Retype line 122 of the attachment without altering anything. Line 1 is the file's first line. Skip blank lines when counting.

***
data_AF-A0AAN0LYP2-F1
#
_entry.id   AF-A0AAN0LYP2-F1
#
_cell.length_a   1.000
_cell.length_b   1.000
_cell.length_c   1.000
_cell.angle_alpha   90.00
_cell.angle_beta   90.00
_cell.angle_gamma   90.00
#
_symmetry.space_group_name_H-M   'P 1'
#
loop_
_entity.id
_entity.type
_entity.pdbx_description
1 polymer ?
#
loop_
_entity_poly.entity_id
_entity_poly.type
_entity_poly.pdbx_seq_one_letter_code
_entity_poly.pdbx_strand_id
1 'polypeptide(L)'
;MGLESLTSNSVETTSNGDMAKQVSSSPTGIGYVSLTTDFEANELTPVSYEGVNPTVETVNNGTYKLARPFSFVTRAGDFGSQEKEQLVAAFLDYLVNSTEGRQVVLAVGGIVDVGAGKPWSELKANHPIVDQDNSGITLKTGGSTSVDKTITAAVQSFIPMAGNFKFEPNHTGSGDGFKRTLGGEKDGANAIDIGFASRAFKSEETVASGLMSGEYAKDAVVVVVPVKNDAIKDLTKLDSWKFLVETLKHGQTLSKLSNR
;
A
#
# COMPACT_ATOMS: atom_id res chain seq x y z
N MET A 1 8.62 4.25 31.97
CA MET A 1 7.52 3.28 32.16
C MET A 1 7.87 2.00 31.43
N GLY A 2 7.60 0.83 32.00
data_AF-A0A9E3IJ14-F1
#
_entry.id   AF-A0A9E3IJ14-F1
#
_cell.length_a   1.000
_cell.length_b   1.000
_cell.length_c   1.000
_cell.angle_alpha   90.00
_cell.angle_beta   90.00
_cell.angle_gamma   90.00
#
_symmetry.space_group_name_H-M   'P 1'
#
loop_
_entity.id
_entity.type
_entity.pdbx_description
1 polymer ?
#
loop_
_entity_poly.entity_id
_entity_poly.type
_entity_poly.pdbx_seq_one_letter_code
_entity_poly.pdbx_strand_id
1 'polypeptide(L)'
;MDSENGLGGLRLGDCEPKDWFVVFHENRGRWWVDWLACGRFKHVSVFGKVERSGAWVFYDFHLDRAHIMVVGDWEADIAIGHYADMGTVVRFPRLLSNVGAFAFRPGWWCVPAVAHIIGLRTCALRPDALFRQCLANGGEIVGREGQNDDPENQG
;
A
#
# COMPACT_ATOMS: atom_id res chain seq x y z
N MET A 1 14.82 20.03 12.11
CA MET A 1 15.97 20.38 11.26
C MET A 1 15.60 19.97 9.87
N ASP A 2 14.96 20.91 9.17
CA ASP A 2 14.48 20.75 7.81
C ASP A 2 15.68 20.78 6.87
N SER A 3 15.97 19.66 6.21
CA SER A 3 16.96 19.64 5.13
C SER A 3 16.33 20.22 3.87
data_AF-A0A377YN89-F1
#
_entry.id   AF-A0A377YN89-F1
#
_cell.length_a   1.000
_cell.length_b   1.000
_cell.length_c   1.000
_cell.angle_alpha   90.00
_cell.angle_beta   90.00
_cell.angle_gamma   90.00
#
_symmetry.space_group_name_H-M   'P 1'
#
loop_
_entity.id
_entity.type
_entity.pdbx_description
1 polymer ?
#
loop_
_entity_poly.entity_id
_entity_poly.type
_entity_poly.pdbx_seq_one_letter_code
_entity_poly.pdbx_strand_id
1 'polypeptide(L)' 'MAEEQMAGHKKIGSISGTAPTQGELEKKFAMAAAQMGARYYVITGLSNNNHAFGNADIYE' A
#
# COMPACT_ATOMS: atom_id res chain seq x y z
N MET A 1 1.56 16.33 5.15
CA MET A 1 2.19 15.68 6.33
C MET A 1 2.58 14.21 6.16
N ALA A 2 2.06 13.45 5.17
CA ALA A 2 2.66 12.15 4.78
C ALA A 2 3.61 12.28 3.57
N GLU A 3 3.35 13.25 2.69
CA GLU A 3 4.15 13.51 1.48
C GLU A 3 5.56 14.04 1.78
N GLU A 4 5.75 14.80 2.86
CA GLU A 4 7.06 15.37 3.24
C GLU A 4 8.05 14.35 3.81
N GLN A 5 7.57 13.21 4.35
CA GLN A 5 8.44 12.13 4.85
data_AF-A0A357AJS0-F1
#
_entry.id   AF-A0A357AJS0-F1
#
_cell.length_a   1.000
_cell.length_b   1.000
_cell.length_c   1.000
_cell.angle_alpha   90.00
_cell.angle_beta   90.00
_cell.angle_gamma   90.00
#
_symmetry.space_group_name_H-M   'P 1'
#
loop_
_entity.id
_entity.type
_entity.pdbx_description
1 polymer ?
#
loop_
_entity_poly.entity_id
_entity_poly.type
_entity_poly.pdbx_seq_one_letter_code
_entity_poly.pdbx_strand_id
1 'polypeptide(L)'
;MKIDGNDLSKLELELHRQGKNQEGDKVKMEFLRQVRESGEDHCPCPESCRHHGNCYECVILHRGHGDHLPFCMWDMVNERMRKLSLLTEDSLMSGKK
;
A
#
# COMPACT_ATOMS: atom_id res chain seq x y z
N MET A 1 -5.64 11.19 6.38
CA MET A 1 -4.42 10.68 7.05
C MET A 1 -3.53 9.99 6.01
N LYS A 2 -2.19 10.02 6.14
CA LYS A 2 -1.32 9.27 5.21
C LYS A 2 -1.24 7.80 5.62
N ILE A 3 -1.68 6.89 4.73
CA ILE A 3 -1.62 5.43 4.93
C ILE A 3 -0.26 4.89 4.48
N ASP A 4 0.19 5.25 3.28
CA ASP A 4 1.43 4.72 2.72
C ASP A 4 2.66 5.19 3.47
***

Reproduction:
_cell.angle_alpha   90.00